North Flatts LLC v Belkin Burden Goldman, LLP 2023 NY Slip Op 02954 Decided on June 01, 2023 Appellate Division, First Department very quickly affirms a denial of summary judgment on two grounds. One was a premature motion for summary judgment was improper and the second was that no expert opinion was offered in support of defendant’s argument.

“In this legal malpractice action, plaintiff alleges that defendant, in connection with its representation of plaintiff in the legalization of an interim multiple building for residential use, negligently failed to seek a time extension to achieve compliance with the safety and fire protection standards of article 7-B of the Multiple Dwelling Law, thereby prohibiting plaintiff from legally collecting rent from its tenants pending its receipt of a final residential certificate of occupancy (see Multiple Dwelling Law art 7-C). Defendant did not satisfy its prima facie burden of establishing its entitlement to summary judgment dismissing the complaint as a matter of law, as defendant failed to submit an expert opinion demonstrating that it did not perform below the ordinary reasonable skill and care possessed by an average member of the legal community (see Suppiah v Kalish, 76 AD3d 829, 832 [1st Dept 2010]). Defendant contends that it had timely filed an article 7-B compliance form on plaintiff’s behalf in reliance on the certification of plaintiff’s architect, and that the filing of that form prohibited it from seeking a time extension to achieve article 7-B compliance. However, it has not submitted an expert affidavit establishing that its reliance on the architect’s opinion was reasonable under the circumstances, or explaining how defendant was prohibited from withdrawing the filed form and seeking a time extension to comply with article 7-B. Moreover, absent an expert affidavit, defendant failed to establish prima facie that its alleged negligence in its the handling of the article 7-B compliance form was not a proximate cause of plaintiff’s losses (see id.).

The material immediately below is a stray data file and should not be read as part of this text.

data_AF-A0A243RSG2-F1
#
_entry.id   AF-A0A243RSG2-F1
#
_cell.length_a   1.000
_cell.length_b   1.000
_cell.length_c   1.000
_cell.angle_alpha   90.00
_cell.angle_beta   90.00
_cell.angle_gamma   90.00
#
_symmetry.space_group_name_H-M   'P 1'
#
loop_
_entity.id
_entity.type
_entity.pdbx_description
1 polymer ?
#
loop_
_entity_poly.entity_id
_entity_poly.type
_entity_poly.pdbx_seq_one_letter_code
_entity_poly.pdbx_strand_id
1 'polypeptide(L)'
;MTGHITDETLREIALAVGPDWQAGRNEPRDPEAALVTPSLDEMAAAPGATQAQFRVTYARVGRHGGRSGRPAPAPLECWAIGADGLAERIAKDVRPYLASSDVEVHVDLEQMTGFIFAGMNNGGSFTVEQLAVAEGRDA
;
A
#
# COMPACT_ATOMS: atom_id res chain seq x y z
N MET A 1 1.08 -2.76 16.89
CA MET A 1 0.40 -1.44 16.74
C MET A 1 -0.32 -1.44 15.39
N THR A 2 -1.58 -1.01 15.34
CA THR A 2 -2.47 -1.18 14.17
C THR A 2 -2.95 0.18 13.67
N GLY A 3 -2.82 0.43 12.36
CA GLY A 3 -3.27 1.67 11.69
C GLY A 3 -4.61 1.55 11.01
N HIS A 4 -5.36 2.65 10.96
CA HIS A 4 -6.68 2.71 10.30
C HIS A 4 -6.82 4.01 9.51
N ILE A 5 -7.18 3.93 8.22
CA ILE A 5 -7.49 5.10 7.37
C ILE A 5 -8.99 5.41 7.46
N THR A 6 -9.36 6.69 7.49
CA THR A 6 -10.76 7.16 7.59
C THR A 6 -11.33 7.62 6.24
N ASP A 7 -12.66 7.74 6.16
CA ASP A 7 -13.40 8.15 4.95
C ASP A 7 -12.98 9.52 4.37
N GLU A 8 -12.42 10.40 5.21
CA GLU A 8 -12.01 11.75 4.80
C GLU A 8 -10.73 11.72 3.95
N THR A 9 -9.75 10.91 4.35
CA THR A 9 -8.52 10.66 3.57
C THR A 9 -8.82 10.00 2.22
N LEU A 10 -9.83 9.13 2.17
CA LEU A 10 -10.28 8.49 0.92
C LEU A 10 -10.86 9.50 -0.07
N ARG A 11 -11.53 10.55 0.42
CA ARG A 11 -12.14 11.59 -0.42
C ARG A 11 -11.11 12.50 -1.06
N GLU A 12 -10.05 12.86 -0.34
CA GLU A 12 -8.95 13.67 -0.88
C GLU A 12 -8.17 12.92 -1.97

In any event, the court properly denied the prediscovery motion as premature, given plaintiff’s showing that facts essential to justify opposition to defendant’s motion may lie within defendant’s exclusive knowledge or control (see CPLR 3212[f]; Lyons v New York City Economic Dev. Corp., 182 AD3d 499, 499-500 [1st Dept 2020]). In response to defendant’s claim that it was not aware of potential issues with the architect’s certification of compliance until the August 2021 conference, after the May 2021 deadline to apply for an extension had expired, plaintiff pointed out that its tenants had disputed the architect’s compliance opinion as early as January 2021. Discovery is necessary to shed light on when defendant knew of a potential problem with the filed article 7-B compliance form, and whether defendant could have timely withdrawn that form and sought a timely extension to achieve compliance.”

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Andrew Lavoott Bluestone

Andrew Lavoott Bluestone has been an attorney for 40 years, with a career that spans criminal prosecution, civil litigation and appellate litigation. Mr. Bluestone became an Assistant District Attorney in Kings County in 1978, entered private practice in 1984 and in 1989 opened…